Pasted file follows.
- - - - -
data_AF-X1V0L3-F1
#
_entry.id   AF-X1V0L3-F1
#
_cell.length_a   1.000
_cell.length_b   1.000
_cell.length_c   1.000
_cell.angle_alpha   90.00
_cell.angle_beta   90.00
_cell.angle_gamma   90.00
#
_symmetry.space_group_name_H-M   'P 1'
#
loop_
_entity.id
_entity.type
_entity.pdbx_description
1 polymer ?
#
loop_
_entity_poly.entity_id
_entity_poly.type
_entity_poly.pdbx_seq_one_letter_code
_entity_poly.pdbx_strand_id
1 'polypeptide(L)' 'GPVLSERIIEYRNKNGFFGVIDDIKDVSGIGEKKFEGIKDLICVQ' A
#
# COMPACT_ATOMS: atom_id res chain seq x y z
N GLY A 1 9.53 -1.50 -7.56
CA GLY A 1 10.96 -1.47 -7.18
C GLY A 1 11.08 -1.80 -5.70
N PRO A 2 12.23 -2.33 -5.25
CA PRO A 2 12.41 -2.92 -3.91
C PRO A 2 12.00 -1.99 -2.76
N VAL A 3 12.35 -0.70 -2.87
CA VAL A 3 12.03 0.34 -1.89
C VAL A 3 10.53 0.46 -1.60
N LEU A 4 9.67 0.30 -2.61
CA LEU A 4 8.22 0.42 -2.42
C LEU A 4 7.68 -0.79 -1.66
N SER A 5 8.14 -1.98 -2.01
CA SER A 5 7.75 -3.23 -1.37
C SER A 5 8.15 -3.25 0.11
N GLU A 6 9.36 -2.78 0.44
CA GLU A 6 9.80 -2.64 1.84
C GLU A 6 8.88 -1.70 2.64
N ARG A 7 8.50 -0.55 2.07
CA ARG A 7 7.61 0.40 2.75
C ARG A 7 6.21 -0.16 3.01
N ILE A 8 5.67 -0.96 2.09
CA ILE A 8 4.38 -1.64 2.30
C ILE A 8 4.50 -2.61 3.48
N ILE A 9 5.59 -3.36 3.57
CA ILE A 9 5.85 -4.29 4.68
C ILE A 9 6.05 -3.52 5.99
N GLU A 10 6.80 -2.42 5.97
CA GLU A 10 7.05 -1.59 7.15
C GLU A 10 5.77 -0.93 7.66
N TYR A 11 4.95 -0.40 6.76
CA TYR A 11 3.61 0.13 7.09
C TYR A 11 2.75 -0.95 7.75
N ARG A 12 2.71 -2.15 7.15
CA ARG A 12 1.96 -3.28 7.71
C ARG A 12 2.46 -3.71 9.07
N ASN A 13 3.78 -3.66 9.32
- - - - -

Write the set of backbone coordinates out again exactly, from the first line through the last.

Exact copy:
data_AF-X1V0L3-F1
#
_entry.id   AF-X1V0L3-F1
#
_cell.length_a   1.000
_cell.length_b   1.000
_cell.length_c   1.000
_cell.angle_alpha   90.00
_cell.angle_beta   90.00
_cell.angle_gamma   90.00
#
_symmetry.space_group_name_H-M   'P 1'
#
loop_
_entity.id
_entity.type
_entity.pdbx_description
1 polymer ?
#
loop_
_entity_poly.entity_id
_entity_poly.type
_entity_poly.pdbx_seq_one_letter_code
_entity_poly.pdbx_strand_id
1 'polypeptide(L)' 'GPVLSERIIEYRNKNGFFGVIDDIKDVSGIGEKKFEGIKDLICVQ' A
#
# COMPACT_ATOMS: atom_id res chain seq x y z
N GLY A 1 9.53 -1.50 -7.56
CA GLY A 1 10.96 -1.47 -7.18
C GLY A 1 11.08 -1.80 -5.70
N PRO A 2 12.23 -2.33 -5.25
CA PRO A 2 12.41 -2.92 -3.91
C PRO A 2 12.00 -1.99 -2.76
N VAL A 3 12.35 -0.70 -2.87
CA VAL A 3 12.03 0.34 -1.89
C VAL A 3 10.53 0.46 -1.60
N LEU A 4 9.67 0.30 -2.61
CA LEU A 4 8.22 0.42 -2.42
C LEU A 4 7.68 -0.79 -1.66
N SER A 5 8.14 -1.98 -2.01
CA SER A 5 7.75 -3.23 -1.37
C SER A 5 8.15 -3.25 0.11
N GLU A 6 9.36 -2.78 0.44
CA GLU A 6 9.80 -2.64 1.84
C GLU A 6 8.88 -1.70 2.64
N ARG A 7 8.50 -0.55 2.07
CA ARG A 7 7.61 0.40 2.75
C ARG A 7 6.21 -0.16 3.01
N ILE A 8 5.67 -0.96 2.09
CA ILE A 8 4.38 -1.64 2.30
C ILE A 8 4.50 -2.61 3.48
N ILE A 9 5.59 -3.36 3.57
CA ILE A 9 5.85 -4.29 4.68
C ILE A 9 6.05 -3.52 5.99
N GLU A 10 6.80 -2.42 5.97
CA GLU A 10 7.05 -1.59 7.15
C GLU A 10 5.77 -0.93 7.66
N TYR A 11 4.95 -0.40 6.76
CA TYR A 11 3.61 0.13 7.09
C TYR A 11 2.75 -0.95 7.75
N ARG A 12 2.71 -2.15 7.15
CA ARG A 12 1.96 -3.28 7.71
C ARG A 12 2.46 -3.71 9.07
N ASN A 13 3.78 -3.66 9.32